Looking good is subjective. We all have a different idea of what attractiveness is and what we can do to enhance our own attractiveness. It can be hard to maintain what one defines as looking amazing during a workout, depending on the level of exertion and type of workout. For example, a person who takes a restorative yoga class might conclude class looking really good, and that same person might take a hot yoga class and end class looking like a hot, sweaty mess. Restorative yoga is meant to be relaxing in body and mind, and hot yoga is intended to increase heart rate and strengthen muscles in a high heat and humidity temperature-controlled room. We can assume this exerciser achieved the intended fitness goals during different workouts — relaxation in restorative class and an intense workout in hot yoga. With this example in mind, it is hard for us to tell others’ fitness goals based only on how they look.
I encourage people to focus on themselves during workouts so they can be in tune with their bodies and minds. When people constantly look at others for comparison — with the exclusion of your personal trainer or group fitness instructor — they not only put themselves at risk of becoming physically hurt by using improper technique, but they also could be negatively impacting themselves. Potential issues include decreased self-esteem by comparing yourself to others, the possibility of injury by not focusing on yourself, decreased focus on your own goals, and the inability to “mind-read” someone else’s goals just by looking at them.
How can this play out online?
Almost everything is amplified online due to the nature of the internet, and I see different types of interactions between people, specifically when we’re looking at fitness. But one thing that we know is having other people be aware of someone’s goals helps people stick to their goals. When you’re creating that kind of community around your fitness, that could be extremely positive.
It can be negative when people are posting for more harmful psychological purposes, such as boosting their self-esteem, as opposed to their true fitness goals. And other people might make negative comments and start trolling and really misinterpret the original poster’s intention.
So much of the fitness content we consume online is about achieving a certain body type. Do you think this trend is supporting that endeavor?
The trends we see on Instagram and TikTok definitely encourage certain body goals. For some, this can be motivating, but for others, this can lead to problems like eating disorders. We used to watch workouts on VHS and DVD to try to achieve our body goals, and that has evolved to streaming and social media. Motivational examples include Peloton instructors whose literal job it is to look good and motivate others, people who have overcome challenges related to illness and chronic disease, healthy weight loss success stories, and people who have healed from amputations. All of these people have different body types, and we can find many social media accounts that fall into these categories that encourage people to try their best to reach their own fitness goals. This might or might not include a specific body type.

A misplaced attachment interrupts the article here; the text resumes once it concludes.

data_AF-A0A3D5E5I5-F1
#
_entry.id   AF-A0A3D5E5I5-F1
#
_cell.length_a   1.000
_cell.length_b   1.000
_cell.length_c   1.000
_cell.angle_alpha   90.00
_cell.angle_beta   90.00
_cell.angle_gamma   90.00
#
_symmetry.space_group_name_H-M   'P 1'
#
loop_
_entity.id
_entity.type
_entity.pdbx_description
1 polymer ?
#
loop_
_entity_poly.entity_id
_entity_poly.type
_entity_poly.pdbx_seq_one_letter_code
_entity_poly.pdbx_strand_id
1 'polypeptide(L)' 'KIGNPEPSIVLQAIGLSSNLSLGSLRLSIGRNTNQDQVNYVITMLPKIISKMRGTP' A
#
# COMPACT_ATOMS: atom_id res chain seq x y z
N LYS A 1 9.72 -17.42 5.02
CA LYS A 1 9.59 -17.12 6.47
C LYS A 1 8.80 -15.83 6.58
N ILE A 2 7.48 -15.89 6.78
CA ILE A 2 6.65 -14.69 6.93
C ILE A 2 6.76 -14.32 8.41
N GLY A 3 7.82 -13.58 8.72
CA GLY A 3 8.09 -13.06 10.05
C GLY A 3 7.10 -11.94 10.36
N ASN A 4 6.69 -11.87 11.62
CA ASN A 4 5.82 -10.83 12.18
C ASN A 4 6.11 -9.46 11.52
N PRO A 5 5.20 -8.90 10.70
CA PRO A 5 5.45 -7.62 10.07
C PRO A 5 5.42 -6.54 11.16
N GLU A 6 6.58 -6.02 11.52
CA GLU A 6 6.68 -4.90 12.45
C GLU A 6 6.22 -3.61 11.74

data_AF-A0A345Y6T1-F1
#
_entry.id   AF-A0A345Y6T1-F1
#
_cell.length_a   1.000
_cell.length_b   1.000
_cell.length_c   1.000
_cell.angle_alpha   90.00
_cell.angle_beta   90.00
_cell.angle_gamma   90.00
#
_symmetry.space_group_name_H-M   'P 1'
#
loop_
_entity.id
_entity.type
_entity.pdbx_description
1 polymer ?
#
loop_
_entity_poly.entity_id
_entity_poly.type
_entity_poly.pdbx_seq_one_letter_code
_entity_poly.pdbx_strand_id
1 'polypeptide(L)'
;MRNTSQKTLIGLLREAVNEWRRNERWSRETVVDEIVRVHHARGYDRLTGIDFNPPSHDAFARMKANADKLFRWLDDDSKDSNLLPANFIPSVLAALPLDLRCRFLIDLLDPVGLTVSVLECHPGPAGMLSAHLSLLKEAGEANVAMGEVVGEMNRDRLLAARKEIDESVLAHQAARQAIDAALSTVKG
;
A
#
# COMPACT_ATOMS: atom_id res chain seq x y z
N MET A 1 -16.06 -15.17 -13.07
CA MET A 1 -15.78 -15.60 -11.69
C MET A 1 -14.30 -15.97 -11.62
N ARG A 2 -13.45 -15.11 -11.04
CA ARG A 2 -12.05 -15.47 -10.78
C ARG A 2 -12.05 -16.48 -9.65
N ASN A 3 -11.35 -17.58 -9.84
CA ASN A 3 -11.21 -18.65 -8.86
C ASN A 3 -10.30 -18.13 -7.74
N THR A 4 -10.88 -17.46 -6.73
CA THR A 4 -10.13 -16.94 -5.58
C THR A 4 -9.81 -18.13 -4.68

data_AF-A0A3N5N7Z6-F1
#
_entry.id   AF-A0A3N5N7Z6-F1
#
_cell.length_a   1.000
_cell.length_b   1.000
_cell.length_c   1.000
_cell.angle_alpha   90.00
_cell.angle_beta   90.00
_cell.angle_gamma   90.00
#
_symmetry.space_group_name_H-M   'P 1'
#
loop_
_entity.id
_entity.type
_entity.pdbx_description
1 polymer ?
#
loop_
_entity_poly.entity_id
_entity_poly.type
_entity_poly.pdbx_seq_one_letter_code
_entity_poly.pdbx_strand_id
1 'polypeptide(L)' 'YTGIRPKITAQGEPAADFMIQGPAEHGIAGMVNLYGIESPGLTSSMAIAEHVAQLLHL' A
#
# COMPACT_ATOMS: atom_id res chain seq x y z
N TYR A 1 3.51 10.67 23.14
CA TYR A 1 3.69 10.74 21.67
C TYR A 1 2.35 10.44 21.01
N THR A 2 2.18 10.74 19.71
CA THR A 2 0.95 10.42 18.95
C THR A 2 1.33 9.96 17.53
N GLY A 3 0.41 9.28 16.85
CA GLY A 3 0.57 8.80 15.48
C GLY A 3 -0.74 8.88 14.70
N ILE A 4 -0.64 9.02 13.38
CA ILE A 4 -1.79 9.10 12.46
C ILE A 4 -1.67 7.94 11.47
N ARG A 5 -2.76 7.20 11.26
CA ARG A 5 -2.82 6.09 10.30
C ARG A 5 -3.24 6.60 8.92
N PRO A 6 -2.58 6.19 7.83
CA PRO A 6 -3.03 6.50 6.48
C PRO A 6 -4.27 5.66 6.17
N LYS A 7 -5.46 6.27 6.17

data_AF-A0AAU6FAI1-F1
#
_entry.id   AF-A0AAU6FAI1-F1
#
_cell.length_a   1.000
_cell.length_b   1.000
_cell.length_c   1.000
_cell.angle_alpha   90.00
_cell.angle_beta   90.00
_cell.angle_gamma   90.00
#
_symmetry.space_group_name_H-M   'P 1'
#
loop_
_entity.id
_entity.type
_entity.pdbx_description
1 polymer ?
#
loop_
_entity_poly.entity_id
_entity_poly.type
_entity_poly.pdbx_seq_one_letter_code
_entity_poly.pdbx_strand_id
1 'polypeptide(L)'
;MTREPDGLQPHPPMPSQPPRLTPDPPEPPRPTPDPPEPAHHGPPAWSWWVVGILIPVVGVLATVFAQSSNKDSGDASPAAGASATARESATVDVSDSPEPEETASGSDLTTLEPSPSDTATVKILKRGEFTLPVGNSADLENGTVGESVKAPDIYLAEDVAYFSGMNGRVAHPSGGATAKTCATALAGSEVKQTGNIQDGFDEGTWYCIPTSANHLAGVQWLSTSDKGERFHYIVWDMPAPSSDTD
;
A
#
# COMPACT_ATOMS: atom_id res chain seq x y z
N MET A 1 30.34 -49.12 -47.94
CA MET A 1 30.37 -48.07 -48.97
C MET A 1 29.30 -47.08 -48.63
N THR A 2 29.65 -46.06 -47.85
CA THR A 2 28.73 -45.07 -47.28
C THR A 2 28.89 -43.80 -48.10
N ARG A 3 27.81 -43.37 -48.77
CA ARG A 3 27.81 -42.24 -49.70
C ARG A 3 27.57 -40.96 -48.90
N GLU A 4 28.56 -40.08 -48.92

It is okay to admire someone else’s physique and to be motivated by their social media accounts. This becomes problematic when someone thinks there is only one acceptable body type. We also must keep realistic expectations for our body type and body shape. There’s this beautiful curvy look that’s in right now. It’s okay to want to look curvy, but what does curvy mean for your own body? It’s okay to want to look strong. So what does strong look like for your specific body?
But I am pleased to see so many different body types, physical abilities, ages, and health conditions represented in positive ways on social media, and their aesthetic is a part of what makes their accounts successful and motivational.
What’s the difference between focusing too much on an aesthetic and having a feel-good ritual? For instance, I wear all black when I go to the gym because it gets me in the right head space. How is that separate from “I wanna look a certain way during and after this workout so that I’m conveying a specific message to my followers”?
Getting into that mindset and following your rituals is definitely important, and that’s for you. So as the exerciser, you’re saying, “I feel good when I have a new pair of shoes, when I’m in all black, or when I have my lucky headphones.” That’s an internal motivation for you. Wanting to look good before or after the physical workout is more of an external validation where people are looking for others to confirm that they’re worthy or good enough. With external validation, somebody might be looking for more comments, more followers, or more likes for a self-esteem boost and not necessarily for the passion of sharing exercise and fitness. Someone getting into their routine and posting that might encourage other people to find rituals that would be helpful for internal motivation.
It’s also fine for people to want to look good. It’s perfectly okay to have confidence and want to put our best foot forward. But we have to make sure that that’s for ourselves and not for others. When it starts being more for others than yourself, that’s when we notice some red flags. And sometimes, after a great workout, you might not look as good, but that’s okay too. You’re sweating!
Julia Craven is a writer covering anything she thinks is cool, and she’s the brain behind Make It Make Sense, a wellness newsletter.